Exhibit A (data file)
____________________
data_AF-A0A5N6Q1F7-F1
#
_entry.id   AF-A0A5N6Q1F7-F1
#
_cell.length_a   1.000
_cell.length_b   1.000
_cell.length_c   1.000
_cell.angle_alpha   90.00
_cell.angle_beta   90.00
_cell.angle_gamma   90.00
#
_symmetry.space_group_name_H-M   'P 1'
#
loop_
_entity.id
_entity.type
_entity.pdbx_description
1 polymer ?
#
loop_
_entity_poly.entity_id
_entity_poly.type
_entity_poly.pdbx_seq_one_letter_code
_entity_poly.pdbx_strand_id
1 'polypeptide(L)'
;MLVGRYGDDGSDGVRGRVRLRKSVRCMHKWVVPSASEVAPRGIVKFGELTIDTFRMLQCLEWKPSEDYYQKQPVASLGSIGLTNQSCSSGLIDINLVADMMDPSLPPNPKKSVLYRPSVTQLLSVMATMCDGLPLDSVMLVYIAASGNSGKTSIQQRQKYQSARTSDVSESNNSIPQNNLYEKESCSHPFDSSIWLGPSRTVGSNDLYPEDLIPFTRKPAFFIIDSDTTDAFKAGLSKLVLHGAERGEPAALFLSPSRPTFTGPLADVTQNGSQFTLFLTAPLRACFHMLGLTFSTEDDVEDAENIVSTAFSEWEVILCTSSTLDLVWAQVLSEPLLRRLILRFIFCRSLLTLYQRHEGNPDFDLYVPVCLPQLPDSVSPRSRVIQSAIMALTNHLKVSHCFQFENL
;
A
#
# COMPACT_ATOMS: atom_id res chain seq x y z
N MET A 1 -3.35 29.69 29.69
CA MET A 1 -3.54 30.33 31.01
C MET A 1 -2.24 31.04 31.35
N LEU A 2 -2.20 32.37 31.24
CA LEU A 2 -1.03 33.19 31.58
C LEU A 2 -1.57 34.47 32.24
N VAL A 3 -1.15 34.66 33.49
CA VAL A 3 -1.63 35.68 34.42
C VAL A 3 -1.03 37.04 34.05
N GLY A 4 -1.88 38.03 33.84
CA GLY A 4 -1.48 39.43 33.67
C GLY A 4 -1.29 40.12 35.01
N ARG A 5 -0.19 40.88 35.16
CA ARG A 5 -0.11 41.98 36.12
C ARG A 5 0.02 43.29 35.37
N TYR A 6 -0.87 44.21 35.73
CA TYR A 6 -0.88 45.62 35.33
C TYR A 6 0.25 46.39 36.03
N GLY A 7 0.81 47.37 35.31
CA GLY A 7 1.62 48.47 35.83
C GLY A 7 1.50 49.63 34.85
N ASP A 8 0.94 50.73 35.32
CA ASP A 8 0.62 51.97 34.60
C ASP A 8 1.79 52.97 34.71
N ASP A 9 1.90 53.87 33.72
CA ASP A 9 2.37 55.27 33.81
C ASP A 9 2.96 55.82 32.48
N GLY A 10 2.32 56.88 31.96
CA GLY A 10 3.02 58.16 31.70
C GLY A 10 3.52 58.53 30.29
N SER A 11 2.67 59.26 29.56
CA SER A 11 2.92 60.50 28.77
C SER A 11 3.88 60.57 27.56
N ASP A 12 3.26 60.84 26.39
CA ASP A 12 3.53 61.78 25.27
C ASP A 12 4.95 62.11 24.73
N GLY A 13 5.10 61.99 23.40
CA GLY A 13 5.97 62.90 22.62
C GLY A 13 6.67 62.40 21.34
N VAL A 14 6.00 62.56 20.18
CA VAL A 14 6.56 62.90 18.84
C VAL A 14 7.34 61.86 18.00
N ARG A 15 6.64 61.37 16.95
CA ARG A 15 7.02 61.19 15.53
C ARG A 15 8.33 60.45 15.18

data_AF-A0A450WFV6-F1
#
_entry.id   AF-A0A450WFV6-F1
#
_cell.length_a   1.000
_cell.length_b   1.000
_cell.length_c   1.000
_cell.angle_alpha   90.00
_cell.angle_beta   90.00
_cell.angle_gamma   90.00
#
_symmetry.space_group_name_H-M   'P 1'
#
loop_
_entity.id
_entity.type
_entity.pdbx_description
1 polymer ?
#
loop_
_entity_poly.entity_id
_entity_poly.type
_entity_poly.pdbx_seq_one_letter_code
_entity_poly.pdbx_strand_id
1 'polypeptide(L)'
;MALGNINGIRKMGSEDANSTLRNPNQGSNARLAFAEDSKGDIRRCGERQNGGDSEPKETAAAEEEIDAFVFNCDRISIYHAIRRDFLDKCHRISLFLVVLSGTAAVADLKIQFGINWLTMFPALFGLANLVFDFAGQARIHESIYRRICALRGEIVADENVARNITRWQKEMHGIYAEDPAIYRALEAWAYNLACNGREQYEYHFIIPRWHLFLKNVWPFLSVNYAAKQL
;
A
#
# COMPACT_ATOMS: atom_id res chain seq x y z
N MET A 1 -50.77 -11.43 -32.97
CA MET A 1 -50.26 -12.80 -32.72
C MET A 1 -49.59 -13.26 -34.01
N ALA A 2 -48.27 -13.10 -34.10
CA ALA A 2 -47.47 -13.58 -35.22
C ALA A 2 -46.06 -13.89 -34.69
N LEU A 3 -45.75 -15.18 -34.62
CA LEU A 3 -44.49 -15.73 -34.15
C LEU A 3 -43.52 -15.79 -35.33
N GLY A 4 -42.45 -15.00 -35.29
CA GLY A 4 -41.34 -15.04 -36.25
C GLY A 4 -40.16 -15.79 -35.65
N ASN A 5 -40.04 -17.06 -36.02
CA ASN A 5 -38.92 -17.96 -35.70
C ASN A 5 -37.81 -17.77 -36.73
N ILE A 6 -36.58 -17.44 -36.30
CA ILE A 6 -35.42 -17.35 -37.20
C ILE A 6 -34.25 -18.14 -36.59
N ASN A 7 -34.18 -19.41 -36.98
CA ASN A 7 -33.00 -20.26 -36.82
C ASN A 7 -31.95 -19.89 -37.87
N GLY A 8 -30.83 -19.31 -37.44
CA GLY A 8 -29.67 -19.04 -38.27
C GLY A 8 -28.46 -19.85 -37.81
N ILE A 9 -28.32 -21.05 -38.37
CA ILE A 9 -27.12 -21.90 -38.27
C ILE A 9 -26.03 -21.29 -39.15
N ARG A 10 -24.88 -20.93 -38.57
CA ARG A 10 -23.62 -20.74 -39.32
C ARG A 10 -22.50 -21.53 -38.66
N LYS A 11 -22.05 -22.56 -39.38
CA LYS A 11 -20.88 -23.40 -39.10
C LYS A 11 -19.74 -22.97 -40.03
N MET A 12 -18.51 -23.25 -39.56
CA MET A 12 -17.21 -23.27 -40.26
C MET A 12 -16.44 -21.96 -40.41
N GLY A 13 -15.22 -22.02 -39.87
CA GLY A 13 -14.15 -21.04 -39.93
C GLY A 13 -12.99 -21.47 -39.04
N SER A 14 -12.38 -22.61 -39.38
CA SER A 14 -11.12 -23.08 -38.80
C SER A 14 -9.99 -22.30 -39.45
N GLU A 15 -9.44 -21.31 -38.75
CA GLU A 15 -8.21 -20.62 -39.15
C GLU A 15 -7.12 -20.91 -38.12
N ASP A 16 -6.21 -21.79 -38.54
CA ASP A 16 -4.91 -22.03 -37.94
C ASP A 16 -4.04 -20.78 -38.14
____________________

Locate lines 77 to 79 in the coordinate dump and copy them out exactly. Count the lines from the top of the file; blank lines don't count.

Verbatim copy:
#
_entry.id   AF-A0A450WFV6-F1
#